And when it was built between the 7th and 8th centuries, it may have been home to nearly 20,000 residents – and as a side note, it was one of the few times (and places) in history when you could actually call a neighbor, family member or coworker a “troglodyte” without having them take offense. 

Whereas many underground cities were excavated haphazardly, Derinkuyu’s design reveals that it was the result of careful planning, meticulous construction, and remarkably organized labor and logistical systems, especially considering that the city’s residents lived below ground with their families, livestock and everything they needed in their daily lives.

It’s apparent that the caves were excavated in response to widespread war and social upheaval that often included marauding bands of soldiers and mercenaries hell-bent on raping and plundering. 

Though it’s unlikely that the city was ever intended as a permanent dwelling during times of peace, some residents did live there permanently, while others resided nearby and only used the city as a place of last retreat. 

Construction and upkeep were likely full time endeavors, as were supplying residents with food and water, and hauling out human and animal waste and other refuse.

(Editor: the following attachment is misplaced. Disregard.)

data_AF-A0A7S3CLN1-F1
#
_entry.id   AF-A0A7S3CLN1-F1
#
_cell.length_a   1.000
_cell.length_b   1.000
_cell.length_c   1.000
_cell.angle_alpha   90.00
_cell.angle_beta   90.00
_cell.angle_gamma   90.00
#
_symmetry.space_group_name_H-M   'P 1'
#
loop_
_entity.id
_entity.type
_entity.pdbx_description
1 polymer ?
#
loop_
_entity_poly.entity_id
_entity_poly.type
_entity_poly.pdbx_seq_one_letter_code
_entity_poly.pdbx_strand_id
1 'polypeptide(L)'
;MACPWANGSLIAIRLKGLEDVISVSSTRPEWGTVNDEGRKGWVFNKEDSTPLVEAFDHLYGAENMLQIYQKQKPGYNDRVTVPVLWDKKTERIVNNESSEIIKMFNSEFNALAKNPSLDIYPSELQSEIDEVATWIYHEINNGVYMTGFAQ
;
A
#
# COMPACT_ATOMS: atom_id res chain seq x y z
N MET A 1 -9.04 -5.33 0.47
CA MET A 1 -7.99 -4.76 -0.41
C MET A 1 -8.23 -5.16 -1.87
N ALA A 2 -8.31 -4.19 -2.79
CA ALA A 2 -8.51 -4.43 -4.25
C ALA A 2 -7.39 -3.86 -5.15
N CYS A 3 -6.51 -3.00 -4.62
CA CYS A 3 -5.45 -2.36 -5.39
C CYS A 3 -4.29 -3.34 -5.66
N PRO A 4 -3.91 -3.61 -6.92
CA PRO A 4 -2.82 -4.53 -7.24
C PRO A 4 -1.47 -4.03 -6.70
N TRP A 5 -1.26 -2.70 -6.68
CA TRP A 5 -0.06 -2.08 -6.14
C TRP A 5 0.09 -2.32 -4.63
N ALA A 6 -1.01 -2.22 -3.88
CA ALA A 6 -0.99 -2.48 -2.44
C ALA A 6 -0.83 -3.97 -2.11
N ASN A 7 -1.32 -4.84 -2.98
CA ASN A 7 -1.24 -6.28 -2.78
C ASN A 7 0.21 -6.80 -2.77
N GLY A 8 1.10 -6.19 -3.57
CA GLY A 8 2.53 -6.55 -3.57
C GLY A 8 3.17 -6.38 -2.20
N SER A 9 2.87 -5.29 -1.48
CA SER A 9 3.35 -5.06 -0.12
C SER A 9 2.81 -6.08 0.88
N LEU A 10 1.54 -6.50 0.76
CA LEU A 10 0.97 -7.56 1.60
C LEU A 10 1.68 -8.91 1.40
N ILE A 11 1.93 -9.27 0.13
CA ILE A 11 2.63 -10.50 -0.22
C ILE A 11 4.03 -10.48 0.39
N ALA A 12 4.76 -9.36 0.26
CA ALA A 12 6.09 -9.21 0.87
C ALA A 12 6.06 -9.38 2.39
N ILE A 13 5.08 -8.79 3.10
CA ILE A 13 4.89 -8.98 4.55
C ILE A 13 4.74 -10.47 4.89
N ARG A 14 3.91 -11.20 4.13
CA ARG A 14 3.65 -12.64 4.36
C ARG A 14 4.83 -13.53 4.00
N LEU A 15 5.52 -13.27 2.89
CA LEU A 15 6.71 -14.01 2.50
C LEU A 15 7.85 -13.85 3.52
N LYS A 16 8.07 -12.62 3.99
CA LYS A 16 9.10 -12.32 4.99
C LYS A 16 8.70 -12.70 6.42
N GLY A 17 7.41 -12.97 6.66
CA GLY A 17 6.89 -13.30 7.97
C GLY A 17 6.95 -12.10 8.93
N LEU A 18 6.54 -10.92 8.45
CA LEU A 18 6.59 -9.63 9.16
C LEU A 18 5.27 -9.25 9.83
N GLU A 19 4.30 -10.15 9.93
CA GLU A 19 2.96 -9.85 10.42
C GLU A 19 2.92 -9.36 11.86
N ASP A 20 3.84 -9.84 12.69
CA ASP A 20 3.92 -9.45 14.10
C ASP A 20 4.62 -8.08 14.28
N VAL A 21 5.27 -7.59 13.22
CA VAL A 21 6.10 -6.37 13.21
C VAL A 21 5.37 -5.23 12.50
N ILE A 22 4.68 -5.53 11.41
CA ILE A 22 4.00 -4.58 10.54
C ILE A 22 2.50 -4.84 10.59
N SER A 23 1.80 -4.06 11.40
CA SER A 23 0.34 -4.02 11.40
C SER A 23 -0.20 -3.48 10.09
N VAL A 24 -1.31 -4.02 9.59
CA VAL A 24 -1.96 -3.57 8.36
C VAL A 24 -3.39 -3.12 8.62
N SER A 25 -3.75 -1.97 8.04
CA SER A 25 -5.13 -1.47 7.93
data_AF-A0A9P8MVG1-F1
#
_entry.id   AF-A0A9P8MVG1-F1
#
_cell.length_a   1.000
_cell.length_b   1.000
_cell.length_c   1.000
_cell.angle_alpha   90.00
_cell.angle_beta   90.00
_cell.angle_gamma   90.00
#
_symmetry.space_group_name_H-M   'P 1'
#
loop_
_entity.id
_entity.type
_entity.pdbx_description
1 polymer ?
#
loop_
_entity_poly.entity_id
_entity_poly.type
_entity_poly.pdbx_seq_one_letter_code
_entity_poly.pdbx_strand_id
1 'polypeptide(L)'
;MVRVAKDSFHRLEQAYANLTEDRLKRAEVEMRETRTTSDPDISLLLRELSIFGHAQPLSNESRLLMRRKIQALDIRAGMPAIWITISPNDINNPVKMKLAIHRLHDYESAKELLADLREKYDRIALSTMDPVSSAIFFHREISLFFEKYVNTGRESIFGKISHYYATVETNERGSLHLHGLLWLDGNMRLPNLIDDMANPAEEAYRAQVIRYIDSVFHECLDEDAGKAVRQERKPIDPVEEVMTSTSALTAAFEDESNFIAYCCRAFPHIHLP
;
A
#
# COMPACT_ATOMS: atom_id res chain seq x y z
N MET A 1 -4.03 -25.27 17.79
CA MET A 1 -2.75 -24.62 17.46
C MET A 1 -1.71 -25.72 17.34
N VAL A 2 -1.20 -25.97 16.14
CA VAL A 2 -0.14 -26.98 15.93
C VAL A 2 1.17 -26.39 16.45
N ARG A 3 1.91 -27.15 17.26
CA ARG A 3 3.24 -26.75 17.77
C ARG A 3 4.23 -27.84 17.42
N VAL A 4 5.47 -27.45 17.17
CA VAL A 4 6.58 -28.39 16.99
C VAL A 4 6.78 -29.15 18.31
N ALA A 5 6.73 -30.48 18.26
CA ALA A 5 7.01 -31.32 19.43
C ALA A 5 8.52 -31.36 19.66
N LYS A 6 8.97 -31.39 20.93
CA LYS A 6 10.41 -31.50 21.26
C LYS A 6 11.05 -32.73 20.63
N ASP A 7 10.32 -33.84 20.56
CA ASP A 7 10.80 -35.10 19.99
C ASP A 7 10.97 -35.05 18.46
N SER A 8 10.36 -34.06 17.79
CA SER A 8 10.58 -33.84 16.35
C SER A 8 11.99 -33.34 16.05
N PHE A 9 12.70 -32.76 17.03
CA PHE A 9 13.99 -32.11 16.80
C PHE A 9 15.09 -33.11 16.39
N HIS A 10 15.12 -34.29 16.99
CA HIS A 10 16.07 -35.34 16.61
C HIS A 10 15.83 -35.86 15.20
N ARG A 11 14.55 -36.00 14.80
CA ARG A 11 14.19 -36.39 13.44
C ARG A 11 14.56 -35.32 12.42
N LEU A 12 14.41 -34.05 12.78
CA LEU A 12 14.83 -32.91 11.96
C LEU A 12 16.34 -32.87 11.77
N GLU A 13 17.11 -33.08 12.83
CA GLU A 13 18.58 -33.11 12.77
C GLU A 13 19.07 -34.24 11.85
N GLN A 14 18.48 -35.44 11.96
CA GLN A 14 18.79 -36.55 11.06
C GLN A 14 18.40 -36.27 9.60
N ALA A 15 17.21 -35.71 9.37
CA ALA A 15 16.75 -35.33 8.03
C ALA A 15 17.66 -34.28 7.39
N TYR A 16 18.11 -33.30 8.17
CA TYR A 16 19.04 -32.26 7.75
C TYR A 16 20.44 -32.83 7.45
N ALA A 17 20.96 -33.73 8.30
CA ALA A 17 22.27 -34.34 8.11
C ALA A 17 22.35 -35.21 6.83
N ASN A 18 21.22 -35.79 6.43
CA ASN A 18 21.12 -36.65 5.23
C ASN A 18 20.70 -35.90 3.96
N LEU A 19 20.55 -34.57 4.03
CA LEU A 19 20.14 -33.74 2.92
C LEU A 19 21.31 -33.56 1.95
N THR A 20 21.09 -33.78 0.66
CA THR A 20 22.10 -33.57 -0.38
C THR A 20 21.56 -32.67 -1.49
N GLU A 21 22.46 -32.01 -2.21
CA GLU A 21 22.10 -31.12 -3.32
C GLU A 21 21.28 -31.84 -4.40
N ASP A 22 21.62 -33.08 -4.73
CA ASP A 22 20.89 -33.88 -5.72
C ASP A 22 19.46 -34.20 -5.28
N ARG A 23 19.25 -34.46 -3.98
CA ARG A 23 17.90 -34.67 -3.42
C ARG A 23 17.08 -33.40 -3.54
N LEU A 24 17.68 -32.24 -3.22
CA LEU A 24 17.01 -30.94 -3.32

The underground city had more than 500 individual doors through which residents could enter and exit, many of which were located in homes and courtyards on the surface where they were masterfully concealed from enemies. 

Deep within the city lay a labyrinth of tunnels, passageways, storerooms, churches, wineries, and stables, and a particularly impressive missionary school on the second floor that even featured a vaulted ceiling.

Derinkuyu also contains approximately 15,000 ventilation ducts that provided a constant flow of fresh air to the subterranean city, as well as water wells from the surface that could be sealed from within during times of siege to prevent invaders from poisoning the water supply.   

Other defensive measures included removable rope bridges, carefully balanced stone doors the size of mill stones, and passages that could be sealed with solid rock plugs many feet thick. 

Of the nearly three dozen underground cities around Cappadocia, Derinkuyu is the deepest, and was used during times of strife as late as the 1920s.

It has been open to visitors since the mid-’60s, but more than half of it is off limits to the public.